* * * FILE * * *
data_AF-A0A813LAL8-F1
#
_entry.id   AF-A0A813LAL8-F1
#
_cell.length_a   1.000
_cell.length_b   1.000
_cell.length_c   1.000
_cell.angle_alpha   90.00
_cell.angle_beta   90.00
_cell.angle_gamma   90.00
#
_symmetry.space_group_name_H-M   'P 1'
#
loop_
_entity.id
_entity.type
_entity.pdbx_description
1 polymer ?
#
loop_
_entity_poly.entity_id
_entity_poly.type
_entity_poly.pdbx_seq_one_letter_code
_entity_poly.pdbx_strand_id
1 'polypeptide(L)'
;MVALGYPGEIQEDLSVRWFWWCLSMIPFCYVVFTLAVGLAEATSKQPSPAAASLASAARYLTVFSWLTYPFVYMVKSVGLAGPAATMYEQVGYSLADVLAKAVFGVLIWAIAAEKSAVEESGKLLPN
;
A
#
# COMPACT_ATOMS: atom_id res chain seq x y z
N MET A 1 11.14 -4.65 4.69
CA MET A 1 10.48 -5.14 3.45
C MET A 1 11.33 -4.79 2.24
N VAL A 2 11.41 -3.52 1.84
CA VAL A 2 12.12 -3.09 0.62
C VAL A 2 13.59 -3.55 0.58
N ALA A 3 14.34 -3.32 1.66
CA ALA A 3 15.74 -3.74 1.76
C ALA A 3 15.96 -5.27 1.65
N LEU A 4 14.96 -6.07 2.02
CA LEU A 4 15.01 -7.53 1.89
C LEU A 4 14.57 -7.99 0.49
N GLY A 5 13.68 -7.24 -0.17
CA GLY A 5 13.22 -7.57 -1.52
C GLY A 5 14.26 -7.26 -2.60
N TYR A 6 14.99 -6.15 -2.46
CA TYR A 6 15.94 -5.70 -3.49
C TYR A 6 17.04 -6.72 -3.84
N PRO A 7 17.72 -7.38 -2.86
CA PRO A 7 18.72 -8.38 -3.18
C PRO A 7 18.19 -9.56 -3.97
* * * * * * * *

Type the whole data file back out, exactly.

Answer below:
data_AF-A0A813LAL8-F1
#
_entry.id   AF-A0A813LAL8-F1
#
_cell.length_a   1.000
_cell.length_b   1.000
_cell.length_c   1.000
_cell.angle_alpha   90.00
_cell.angle_beta   90.00
_cell.angle_gamma   90.00
#
_symmetry.space_group_name_H-M   'P 1'
#
loop_
_entity.id
_entity.type
_entity.pdbx_description
1 polymer ?
#
loop_
_entity_poly.entity_id
_entity_poly.type
_entity_poly.pdbx_seq_one_letter_code
_entity_poly.pdbx_strand_id
1 'polypeptide(L)'
;MVALGYPGEIQEDLSVRWFWWCLSMIPFCYVVFTLAVGLAEATSKQPSPAAASLASAARYLTVFSWLTYPFVYMVKSVGLAGPAATMYEQVGYSLADVLAKAVFGVLIWAIAAEKSAVEESGKLLPN
;
A
#
# COMPACT_ATOMS: atom_id res chain seq x y z
N MET A 1 11.14 -4.65 4.69
CA MET A 1 10.48 -5.14 3.45
C MET A 1 11.33 -4.79 2.24
N VAL A 2 11.41 -3.52 1.84
CA VAL A 2 12.12 -3.09 0.62
C VAL A 2 13.59 -3.55 0.58
N ALA A 3 14.34 -3.32 1.66
CA ALA A 3 15.74 -3.74 1.76
C ALA A 3 15.96 -5.27 1.65
N LEU A 4 14.96 -6.07 2.02
CA LEU A 4 15.01 -7.53 1.89
C LEU A 4 14.57 -7.99 0.49
N GLY A 5 13.68 -7.24 -0.17
CA GLY A 5 13.22 -7.57 -1.52
C GLY A 5 14.26 -7.26 -2.60
N TYR A 6 14.99 -6.15 -2.46
CA TYR A 6 15.94 -5.70 -3.49
C TYR A 6 17.04 -6.72 -3.84
N PRO A 7 17.72 -7.38 -2.86
CA PRO A 7 18.72 -8.38 -3.18
C PRO A 7 18.19 -9.56 -3.97